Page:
Why you're probably more brilliant than you think

Stamp out creative impostor syndrome (but watch out for the Dunning-Kruger effect), campaigns Gary Marshall.

The satirical website The Daily Mash has a great slogan on one of its T-shirts. "I'm brilliant," it says, "and everyone else is an arse." It's the perfect motto for anyone working in a creative industry, because there's a very good chance that they feel the exact opposite.

We've known about impostor syndrome for a few decades now. It's particularly prevalent among women in corporate environments, but it does affect both genders - especially in exciting, glamorous creative industries that are packed with talented people. It's the belief that everyone else is brilliant and that you're an arse, that any success you've had is entirely due to luck, not talent or hard work, and that it's just a matter of time before you're unmasked as the hopeless fraud you truly are.

Not everyone has it, of course. Some people have the exact opposite, the Dunning-Kruger effect, which is when people who are incompetent think they're just fantastic. However, chances are that if you're any good, you'll probably feel bad: impostor syndrome particularly affects high achievers, who feel that if they find a particular thing easy then they must somehow be cheating.

It's a horrible thing, and if you're a freelancer it's even more horrible: you're already a nervous wreck due to the stress and financial instability of what you do, and you're also operating on incomplete information - so while everyone in the office knows that Sue's taken a few days off for some extreme sports thing, all you know is that Sue isn't answering your emails. That clearly means that Sue thinks your work is crap, your ideas are crap and that you're crap, so you might as well go and live in a ditch.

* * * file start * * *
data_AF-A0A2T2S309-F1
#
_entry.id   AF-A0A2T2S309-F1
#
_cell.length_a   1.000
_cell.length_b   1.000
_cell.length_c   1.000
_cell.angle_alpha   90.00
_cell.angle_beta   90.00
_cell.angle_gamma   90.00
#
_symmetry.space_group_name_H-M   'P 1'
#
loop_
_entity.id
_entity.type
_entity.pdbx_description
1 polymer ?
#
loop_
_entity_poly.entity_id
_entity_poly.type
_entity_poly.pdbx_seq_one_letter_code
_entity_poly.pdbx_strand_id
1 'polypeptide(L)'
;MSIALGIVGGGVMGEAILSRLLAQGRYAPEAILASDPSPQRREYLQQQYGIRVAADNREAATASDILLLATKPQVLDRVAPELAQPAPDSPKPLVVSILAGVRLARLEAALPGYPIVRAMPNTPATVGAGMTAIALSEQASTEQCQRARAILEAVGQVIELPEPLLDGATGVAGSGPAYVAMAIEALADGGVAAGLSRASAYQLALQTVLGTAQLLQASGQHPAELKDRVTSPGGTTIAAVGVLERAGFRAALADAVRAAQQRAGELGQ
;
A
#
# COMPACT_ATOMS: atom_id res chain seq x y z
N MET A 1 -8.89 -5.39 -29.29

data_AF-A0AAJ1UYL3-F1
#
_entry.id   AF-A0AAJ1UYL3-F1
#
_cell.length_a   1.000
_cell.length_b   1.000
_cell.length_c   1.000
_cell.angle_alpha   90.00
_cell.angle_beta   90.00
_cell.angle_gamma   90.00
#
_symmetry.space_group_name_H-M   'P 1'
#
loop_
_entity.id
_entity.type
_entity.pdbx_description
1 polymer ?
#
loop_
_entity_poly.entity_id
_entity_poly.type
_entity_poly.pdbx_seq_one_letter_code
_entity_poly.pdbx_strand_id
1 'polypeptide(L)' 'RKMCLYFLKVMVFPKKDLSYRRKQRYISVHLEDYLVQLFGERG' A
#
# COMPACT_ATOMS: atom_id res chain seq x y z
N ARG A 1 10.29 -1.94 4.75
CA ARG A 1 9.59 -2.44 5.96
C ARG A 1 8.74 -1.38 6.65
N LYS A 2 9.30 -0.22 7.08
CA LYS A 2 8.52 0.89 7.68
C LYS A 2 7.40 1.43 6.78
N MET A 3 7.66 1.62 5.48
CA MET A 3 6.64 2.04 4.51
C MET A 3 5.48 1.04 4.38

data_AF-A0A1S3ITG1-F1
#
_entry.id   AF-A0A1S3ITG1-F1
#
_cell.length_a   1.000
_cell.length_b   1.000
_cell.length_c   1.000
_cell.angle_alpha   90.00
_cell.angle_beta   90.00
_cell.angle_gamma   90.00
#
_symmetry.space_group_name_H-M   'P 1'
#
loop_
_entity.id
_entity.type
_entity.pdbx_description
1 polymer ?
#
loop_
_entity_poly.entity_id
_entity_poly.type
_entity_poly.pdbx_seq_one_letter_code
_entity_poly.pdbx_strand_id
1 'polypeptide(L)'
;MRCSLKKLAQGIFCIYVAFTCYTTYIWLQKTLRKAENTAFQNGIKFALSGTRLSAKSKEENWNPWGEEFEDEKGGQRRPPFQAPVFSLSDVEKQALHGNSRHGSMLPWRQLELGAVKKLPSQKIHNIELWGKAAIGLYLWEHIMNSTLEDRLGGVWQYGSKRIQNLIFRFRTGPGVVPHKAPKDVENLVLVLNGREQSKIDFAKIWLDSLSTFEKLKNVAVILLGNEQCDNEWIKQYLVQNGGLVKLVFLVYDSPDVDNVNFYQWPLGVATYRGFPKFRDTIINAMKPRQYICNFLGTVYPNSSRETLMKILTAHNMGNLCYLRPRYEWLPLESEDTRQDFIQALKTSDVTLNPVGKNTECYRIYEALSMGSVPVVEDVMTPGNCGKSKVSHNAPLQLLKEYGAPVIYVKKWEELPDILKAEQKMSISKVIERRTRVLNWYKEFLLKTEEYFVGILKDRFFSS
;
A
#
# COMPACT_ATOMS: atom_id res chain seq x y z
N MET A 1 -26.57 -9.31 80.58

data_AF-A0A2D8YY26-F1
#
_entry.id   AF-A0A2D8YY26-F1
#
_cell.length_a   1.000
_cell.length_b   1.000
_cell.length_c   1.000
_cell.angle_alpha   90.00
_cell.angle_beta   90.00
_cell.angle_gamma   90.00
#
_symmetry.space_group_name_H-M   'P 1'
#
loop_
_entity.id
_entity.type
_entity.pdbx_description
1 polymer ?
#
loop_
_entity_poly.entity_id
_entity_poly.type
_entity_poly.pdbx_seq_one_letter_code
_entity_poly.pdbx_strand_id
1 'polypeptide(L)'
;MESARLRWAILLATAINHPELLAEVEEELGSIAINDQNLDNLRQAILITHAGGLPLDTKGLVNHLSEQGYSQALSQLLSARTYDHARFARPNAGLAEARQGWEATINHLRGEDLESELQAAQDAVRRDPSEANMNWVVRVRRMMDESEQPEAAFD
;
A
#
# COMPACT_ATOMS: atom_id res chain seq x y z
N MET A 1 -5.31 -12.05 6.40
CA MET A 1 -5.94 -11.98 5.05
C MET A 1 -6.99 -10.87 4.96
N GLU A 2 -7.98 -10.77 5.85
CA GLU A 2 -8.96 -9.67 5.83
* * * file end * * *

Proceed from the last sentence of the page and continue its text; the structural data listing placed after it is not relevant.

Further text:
Crushing criticism

A bit of humility is never a bad thing. But impostor syndrome can go beyond that, stopping perfectly capable people from doing things such as pitching for projects, taking risks or just asking for reasonable rates. Even utterly innocuous things take on terrifying significance as you look for dark omens and signs of impending apocalypse, while constructive criticism can utterly crush you.

So how do you beat it?

Talking is the biggie. Sometimes even the worst terrors disappear in sunlight, and opening up to someone else can do the same with this. Watch out for unreasonable expectations – are you comparing yourself with your peers, or with some design god with decades of experience? – and analyse your missteps critically: if a project wasn't perfect, there may be mistakes you can learn from: poor time management, perhaps, or a too-vague brief. These are things you can learn from and watch out for in the future.

Take pride in the projects that went well, the nice things people have said about you and the obstacles you've overcome, and own your mistakes: failure is a crucial part of learning, and someone who's never failed is someone who's never tried anything new. Beware of negative thinking and excessive self-deprecation, and more than anything remember this: you're brilliant, and everyone else is an arse.

Words: Gary Marshall

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